The Norwegian Water Resources and Energy Directorate (NVE) said on Wednesday morning that movement in the mountain has slowed, but kept its official warning level on red.
“At its peak, the mountain moved at a speed of 10cm per day, which is a lot. The movements are somewhat diminished since yesterday afternoon, and the rate is now around 2cm a day,” NVE geologist Ingrid Skrede said at a press conference Wednesday.
“Right now it’s -1C with snow up there, so less water will come into to the system. Thus, the movements are slowing,” Skrede continued.
It is the upper part of the mountain chain Veslemannen that is showing the greatest movement.
On Tuesday NVE said that it believes that at least a minor landslide is likely.
“It's hard to say what will happen to the mountain, so we are constantly considering the likelihood of landslides,” NVE communications director Kjetil Hillestad said.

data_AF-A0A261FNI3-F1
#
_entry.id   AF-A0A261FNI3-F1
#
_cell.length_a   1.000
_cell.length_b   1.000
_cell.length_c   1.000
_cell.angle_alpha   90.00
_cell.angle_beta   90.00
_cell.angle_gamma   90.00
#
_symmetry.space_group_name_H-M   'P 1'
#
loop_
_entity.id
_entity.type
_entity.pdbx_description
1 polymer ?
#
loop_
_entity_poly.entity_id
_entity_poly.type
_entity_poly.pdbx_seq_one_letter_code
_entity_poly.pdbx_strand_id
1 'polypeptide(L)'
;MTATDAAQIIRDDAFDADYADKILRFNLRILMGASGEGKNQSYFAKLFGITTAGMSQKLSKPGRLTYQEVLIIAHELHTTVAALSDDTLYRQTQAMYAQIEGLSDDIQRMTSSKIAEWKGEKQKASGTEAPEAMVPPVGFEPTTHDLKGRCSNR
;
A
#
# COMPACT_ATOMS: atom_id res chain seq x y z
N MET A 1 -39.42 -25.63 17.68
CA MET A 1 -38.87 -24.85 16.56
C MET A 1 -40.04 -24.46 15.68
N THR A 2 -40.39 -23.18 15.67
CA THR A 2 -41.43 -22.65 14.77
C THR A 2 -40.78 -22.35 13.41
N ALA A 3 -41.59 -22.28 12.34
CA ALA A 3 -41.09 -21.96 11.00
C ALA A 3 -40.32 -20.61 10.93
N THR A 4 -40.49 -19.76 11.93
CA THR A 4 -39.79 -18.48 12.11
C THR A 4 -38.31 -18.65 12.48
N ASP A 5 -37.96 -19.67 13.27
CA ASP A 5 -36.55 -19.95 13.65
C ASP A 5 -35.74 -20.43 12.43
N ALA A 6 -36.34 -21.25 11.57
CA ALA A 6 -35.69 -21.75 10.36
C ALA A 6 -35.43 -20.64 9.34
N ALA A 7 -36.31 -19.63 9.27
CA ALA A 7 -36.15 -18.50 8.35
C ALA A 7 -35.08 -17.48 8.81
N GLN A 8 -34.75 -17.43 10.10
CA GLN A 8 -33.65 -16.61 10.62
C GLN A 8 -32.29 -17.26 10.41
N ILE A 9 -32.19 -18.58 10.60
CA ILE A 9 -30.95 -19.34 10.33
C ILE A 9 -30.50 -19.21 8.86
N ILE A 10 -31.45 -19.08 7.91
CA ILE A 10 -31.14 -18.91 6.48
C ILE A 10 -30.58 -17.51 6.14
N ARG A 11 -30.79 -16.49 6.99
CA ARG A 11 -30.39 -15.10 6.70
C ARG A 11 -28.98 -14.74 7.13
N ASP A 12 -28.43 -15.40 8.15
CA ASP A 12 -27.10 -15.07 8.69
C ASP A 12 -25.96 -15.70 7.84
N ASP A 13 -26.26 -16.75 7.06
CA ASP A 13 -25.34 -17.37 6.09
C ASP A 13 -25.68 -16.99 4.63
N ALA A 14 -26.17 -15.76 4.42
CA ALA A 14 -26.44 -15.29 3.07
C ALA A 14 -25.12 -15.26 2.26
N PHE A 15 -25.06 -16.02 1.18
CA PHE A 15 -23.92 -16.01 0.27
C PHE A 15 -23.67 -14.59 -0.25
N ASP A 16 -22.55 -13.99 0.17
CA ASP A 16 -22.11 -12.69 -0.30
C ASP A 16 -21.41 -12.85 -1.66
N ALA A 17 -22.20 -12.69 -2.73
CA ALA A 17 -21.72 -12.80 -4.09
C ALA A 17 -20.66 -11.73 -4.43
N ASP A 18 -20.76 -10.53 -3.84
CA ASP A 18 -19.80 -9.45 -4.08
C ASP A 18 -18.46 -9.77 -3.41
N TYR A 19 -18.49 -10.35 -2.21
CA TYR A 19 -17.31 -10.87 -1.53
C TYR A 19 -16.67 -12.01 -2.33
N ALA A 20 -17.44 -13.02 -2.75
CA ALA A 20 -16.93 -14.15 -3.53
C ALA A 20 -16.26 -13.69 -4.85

According to Skrede, some 55 mm of rainfall has fallen on the mountain over the past 24 hours.
Due to NVE’s red alert, three households in the area were evacuated on Tuesday.
“The evacuees are taking the situation calmly, but stated that it [a landslide] is bound to happen sooner or later,” Mayor Lars Olav Hustad in Rauma Municipality said on Tuesday.
Hustad says everyone, including those who have been evacuated, are hoping for a landslide. The unstable mountain has been under close monitoring since 2009 and heavy movements also led to an evacuation last year.
“Now we are just waiting for nature to sort it out,” said the mayor.
Veslemannen (The Little Man) is a relatively small but very active portion of the unstable formation Mannen in Romsdal. While the annual movements are a few centimetres per year, the most active part of Veslemannen has shifted slightly over one metre over the past year.
Veslemannen is about 1,200 metres above sea level and has a volume of 120,000 to 180,000 cubic metres – about one percent of the total volume of Mannen.